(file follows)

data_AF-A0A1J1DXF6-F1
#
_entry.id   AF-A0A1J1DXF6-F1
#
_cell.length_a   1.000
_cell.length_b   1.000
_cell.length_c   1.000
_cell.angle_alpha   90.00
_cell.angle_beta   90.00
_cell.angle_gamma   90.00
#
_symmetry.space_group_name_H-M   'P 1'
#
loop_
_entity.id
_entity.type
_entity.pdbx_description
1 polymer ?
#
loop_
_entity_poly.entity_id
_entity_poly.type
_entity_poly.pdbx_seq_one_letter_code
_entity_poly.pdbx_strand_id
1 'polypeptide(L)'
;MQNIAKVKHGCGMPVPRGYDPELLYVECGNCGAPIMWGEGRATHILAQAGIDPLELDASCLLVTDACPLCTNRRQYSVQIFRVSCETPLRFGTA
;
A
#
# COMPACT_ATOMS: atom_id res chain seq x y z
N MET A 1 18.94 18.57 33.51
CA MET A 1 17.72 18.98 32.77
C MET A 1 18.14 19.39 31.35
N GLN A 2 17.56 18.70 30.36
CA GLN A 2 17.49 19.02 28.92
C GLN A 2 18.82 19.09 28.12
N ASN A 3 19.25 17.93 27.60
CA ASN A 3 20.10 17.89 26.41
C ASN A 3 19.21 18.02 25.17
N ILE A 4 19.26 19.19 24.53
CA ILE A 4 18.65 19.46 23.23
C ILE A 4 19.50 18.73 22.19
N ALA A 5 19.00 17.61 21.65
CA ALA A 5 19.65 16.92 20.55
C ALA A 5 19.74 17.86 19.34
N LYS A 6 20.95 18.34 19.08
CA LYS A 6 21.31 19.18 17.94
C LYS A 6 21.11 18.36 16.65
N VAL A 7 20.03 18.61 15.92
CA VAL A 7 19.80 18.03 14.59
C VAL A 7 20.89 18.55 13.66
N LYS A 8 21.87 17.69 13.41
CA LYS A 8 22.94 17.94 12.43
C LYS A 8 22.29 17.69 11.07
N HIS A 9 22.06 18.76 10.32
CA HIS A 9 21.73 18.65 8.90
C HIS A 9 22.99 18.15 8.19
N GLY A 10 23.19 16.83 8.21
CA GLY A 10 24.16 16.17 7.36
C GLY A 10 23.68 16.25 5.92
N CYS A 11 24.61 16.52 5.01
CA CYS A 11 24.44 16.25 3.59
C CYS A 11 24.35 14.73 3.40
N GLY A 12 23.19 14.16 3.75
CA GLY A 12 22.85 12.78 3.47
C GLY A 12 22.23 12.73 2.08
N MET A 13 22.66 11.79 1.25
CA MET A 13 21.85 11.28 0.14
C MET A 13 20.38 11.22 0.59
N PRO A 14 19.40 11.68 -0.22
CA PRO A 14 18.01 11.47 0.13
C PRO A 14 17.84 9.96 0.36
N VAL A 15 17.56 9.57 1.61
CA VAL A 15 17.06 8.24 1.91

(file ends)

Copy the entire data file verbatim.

data_AF-A0A1J1DXF6-F1
#
_entry.id   AF-A0A1J1DXF6-F1
#
_cell.length_a   1.000
_cell.length_b   1.000
_cell.length_c   1.000
_cell.angle_alpha   90.00
_cell.angle_beta   90.00
_cell.angle_gamma   90.00
#
_symmetry.space_group_name_H-M   'P 1'
#
loop_
_entity.id
_entity.type
_entity.pdbx_description
1 polymer ?
#
loop_
_entity_poly.entity_id
_entity_poly.type
_entity_poly.pdbx_seq_one_letter_code
_entity_poly.pdbx_strand_id
1 'polypeptide(L)'
;MQNIAKVKHGCGMPVPRGYDPELLYVECGNCGAPIMWGEGRATHILAQAGIDPLELDASCLLVTDACPLCTNRRQYSVQIFRVSCETPLRFGTA
;
A
#
# COMPACT_ATOMS: atom_id res chain seq x y z
N MET A 1 18.94 18.57 33.51
CA MET A 1 17.72 18.98 32.77
C MET A 1 18.14 19.39 31.35
N GLN A 2 17.56 18.70 30.36
CA GLN A 2 17.49 19.02 28.92
C GLN A 2 18.82 19.09 28.12
N ASN A 3 19.25 17.93 27.60
CA ASN A 3 20.10 17.89 26.41
C ASN A 3 19.21 18.02 25.17
N ILE A 4 19.26 19.19 24.53
CA ILE A 4 18.65 19.46 23.23
C ILE A 4 19.50 18.73 22.19
N ALA A 5 19.00 17.61 21.65
CA ALA A 5 19.65 16.92 20.55
C ALA A 5 19.74 17.86 19.34
N LYS A 6 20.95 18.34 19.08
CA LYS A 6 21.31 19.18 17.94
C LYS A 6 21.11 18.36 16.65
N VAL A 7 20.03 18.61 15.92
CA VAL A 7 19.80 18.03 14.59
C VAL A 7 20.89 18.55 13.66
N LYS A 8 21.87 17.69 13.41
CA LYS A 8 22.94 17.94 12.43
C LYS A 8 22.29 17.69 11.07
N HIS A 9 22.06 18.76 10.32
CA HIS A 9 21.73 18.65 8.90
C HIS A 9 22.99 18.15 8.19
N GLY A 10 23.19 16.83 8.21
CA GLY A 10 24.16 16.17 7.36
C GLY A 10 23.68 16.25 5.92
N CYS A 11 24.61 16.52 5.01
CA CYS A 11 24.44 16.25 3.59
C CYS A 11 24.35 14.73 3.40
N GLY A 12 23.19 14.16 3.75
CA GLY A 12 22.85 12.78 3.47
C GLY A 12 22.23 12.73 2.08
N MET A 13 22.66 11.79 1.25
CA MET A 13 21.85 11.28 0.14
C MET A 13 20.38 11.22 0.59
N PRO A 14 19.40 11.68 -0.22
CA PRO A 14 18.01 11.47 0.13
C PRO A 14 17.84 9.96 0.36
N VAL A 15 17.56 9.57 1.61
CA VAL A 15 17.06 8.24 1.91